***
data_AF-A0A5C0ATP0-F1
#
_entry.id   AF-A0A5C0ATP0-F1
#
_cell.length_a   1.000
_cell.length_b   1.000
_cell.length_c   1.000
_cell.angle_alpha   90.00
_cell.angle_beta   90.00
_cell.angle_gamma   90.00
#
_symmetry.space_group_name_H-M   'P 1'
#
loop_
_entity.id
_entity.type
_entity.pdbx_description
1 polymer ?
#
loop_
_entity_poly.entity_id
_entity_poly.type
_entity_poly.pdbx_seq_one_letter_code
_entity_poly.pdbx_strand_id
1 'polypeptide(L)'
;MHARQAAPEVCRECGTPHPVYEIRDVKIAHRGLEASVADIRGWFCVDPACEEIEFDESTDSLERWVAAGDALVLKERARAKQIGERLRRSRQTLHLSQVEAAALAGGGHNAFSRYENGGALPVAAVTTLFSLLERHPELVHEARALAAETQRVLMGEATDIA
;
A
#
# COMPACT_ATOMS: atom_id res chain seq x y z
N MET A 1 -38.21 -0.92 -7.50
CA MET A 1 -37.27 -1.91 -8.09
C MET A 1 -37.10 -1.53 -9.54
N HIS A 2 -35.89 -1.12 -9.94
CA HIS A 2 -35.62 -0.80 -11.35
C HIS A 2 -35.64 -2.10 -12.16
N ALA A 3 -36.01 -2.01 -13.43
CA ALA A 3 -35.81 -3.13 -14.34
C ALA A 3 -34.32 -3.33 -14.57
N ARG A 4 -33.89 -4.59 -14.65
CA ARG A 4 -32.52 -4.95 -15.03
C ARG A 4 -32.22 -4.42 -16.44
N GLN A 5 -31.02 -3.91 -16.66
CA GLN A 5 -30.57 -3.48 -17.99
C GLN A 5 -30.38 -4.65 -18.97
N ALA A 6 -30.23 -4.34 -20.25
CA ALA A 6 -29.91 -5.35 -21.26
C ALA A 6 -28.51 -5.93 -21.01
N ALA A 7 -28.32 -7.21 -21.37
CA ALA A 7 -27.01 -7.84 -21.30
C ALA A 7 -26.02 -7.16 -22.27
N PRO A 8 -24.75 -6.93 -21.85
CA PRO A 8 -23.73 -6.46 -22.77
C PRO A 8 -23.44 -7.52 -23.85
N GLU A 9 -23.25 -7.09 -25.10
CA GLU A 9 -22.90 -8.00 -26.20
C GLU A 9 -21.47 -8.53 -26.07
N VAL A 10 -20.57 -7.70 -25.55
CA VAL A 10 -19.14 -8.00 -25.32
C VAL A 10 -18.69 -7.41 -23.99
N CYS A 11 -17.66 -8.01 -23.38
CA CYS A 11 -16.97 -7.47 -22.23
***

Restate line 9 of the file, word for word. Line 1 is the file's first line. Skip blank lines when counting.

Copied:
_cell.angle_beta   90.00